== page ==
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Isata Kabia is the founding director of Voice of Women (VoW) Africa, a network of female leaders serving to amplify women's voices and inspire collective action.
Born in Sierra Leone, Isata moved to London as a child and then to the United States, where she worked as a biochemist before moving back to Sierra Leone in 2008.
First elected as a Member of Parliament in the Port Loko district in Northern Sierra Leone in 2012, Isata is a seasoned politician. She most recently served as a government Minister of Social Welfare, Gender and Children's Affairs in 2018 and as a Minister of State at the Ministry of Foreign Affairs and International Cooperation in 2016. She also represented Sierra Leone in the Pan-African Parliament.
Throughout her term, Isata learned how to manage community relations, explore increased access to jobs and deepen supply chain opportunities for local communities. Inspired by her experience, she established AFRiLOSOPHY, a social enterprise focused on skills provision and job creation, in 2015.
In February, Isata was featured by Zonta International in a Remarkable Women, Powerful Stories event, a leadership series hosted by Lynne Foley OAM, chair of the Zonta Spirit Working Group.
Here are some of the top takeaways from their conversation:
Going from biochemistry to activism
"I always say biochemistry used to pay the bills, but it was not really my interest. I remember when I first came on vacation as a 16-year-old to Sierra Leone, and I fell in love with my country. I felt like I found my life mission. … Even within my adult life in the United States, I was very much involved in Sierra Leone affairs. This would be the period between 1995 to 2008, when I ultimately moved back to Sierra Leone. … In 1998, I started an organization called African Women of Substance, and it was an organization of young people. We were all in our 20s and we wanted to do something. We landed on helping children back home. We were ultimately in support of two orphanages in Freetown. We used to put on beauty pageants in the New Jersey and Washington areas and raise funds and send some supplies back home, or pay school fees, or support orphanages for feeding."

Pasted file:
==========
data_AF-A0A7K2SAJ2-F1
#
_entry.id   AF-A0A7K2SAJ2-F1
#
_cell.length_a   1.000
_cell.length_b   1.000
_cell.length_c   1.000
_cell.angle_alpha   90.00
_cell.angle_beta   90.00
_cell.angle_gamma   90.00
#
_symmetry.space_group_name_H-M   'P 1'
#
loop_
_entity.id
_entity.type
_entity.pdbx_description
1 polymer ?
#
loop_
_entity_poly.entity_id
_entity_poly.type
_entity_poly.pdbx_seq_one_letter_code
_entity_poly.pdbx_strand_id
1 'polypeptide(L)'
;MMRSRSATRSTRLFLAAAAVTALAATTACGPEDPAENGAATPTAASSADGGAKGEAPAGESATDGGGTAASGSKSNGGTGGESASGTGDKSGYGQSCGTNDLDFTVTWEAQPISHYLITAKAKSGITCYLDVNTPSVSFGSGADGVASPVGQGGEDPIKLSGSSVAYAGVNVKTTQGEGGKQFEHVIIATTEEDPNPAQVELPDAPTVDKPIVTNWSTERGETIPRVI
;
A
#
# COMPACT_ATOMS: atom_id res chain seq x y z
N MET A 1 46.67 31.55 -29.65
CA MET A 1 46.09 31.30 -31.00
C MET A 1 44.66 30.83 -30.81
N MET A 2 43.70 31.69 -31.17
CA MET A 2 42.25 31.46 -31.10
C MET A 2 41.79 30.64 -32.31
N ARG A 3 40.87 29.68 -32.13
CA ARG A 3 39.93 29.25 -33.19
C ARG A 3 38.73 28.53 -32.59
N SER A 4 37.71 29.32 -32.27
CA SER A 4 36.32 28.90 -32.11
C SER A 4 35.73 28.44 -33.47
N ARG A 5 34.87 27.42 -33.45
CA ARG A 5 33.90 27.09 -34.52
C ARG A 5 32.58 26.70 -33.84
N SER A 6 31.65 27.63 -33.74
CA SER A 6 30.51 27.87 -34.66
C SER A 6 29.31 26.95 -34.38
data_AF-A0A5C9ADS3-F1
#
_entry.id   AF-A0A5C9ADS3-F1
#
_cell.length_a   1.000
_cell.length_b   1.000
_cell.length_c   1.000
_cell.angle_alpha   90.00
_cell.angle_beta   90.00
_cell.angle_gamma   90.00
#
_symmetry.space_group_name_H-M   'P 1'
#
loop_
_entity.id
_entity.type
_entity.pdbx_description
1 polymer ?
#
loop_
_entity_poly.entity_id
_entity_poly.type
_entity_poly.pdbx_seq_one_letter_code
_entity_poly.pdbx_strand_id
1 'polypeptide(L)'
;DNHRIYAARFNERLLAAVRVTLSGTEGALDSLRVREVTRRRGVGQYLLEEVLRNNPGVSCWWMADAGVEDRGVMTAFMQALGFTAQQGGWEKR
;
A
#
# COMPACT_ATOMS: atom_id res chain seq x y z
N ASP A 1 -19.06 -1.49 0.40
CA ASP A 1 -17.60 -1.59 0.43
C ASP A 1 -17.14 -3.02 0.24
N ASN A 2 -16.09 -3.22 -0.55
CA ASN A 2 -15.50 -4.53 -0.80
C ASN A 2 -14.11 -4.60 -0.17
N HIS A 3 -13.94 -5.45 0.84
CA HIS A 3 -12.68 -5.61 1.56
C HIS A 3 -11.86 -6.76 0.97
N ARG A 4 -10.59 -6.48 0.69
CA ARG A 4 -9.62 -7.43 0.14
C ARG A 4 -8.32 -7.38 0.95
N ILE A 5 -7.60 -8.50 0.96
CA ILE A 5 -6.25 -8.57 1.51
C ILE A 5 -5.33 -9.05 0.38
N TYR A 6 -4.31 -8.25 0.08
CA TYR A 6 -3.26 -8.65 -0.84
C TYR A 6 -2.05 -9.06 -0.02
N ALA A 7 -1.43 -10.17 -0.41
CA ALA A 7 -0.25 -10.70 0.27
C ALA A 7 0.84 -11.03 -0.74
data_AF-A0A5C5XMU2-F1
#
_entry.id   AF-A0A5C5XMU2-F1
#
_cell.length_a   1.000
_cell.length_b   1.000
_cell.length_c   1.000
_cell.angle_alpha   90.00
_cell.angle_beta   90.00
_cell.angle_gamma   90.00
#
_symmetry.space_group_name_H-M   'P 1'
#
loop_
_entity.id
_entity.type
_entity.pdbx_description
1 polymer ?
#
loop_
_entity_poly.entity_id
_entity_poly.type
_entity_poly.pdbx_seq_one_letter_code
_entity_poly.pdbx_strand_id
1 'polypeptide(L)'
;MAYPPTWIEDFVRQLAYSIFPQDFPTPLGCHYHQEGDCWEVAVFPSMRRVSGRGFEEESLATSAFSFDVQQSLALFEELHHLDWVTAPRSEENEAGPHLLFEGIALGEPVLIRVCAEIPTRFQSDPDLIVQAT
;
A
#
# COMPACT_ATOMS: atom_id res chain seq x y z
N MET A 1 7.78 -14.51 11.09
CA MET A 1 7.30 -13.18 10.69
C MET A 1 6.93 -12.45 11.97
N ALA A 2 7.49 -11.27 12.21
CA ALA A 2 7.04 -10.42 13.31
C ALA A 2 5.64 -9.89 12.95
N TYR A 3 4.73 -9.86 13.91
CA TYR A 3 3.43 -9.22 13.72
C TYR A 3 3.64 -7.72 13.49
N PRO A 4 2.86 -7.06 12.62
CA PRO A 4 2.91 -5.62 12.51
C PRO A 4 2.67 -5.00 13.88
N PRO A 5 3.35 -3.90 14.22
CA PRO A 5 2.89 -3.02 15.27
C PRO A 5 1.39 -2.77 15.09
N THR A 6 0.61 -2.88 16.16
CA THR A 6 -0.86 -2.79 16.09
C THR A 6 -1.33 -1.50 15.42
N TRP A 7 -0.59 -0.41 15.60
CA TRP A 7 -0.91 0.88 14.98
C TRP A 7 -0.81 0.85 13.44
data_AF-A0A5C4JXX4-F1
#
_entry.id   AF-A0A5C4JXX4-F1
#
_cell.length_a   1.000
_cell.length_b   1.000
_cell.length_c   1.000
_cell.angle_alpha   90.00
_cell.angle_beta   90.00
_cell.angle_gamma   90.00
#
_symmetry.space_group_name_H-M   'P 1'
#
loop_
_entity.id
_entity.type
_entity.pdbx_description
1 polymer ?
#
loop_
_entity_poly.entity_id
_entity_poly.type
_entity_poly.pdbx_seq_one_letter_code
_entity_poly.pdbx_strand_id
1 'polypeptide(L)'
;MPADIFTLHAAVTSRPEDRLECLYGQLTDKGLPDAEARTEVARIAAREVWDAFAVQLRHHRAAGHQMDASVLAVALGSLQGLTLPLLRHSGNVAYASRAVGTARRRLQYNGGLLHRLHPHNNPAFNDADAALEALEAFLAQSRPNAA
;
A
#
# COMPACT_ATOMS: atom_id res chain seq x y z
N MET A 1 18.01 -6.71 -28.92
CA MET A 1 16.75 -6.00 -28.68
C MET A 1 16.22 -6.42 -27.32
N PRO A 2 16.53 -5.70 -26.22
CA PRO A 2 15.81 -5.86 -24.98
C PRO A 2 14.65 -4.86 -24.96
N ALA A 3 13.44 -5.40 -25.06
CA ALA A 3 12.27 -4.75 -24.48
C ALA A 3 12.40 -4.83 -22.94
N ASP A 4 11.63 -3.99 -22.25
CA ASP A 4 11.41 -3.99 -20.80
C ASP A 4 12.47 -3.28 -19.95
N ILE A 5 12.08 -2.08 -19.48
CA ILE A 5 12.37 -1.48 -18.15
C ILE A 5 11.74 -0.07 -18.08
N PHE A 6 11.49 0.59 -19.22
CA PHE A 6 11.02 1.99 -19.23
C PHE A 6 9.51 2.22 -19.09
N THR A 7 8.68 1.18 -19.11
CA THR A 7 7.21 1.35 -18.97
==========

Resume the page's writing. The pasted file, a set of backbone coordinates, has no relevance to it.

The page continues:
Moving back to Sierra Leone
"That 16-year old [on] vacation in back in Sierra Leone for the first time truly, truly fell in love with the country, and if I had my way I would never have gone back to London. … Having gone back, thank God, and finding myself graduating from college and then working in the United States, there was always this passion that I wanted to ultimately move back to Sierra Leone, but it was about the timing. … I lost my mother in 2006. I was having a really difficult time, and my grandmother was still living at the time. I felt like she must be going through twice as much pain as I am because my mother was her everything. My grandmother was the reason I first came back home at 16 years old because I wanted to see her after so many years. And in 2008, my grandmother was the reason I moved back home. I figured she should be able to support me through my difficult time, and I'll be able to support her."
Becoming an 'accidental politician'
"I decided that when I was back home, I would not work with governments because I didn't see myself as a political person or public person. But I thought, having started an organization in Jersey that had done so much great work, I'll be able to run a business here, and also possibly start my own community-based organization to continue the work we had done with children and in the education field in particular. … In 14 years back now, I didn't just work with government; I became government—running for elected office and ultimately being a minister of government."
"I call myself the accidental politician, [while] also acknowledging there are really no accidents. … I approached my work in government, both as in the legislature and in the executive branch, as an activist. … I felt like I had the power to do more. I had the responsibility to do more. So for me, it was a continuation of the work I started when I was very young."
Honored and privileged to represent Sierra Leone
"I felt proud to be the face of Sierra Leone internationally [in the Foreign Ministry]. It was a privilege and an honor. Imagine being a child and coming here, and with my own little money, trying to support schools and trying to support hospitals, and then being placed in a position where you actually were a decisionmaker. It was an honor and a privilege, and I never imagined that."
The importance of educating girls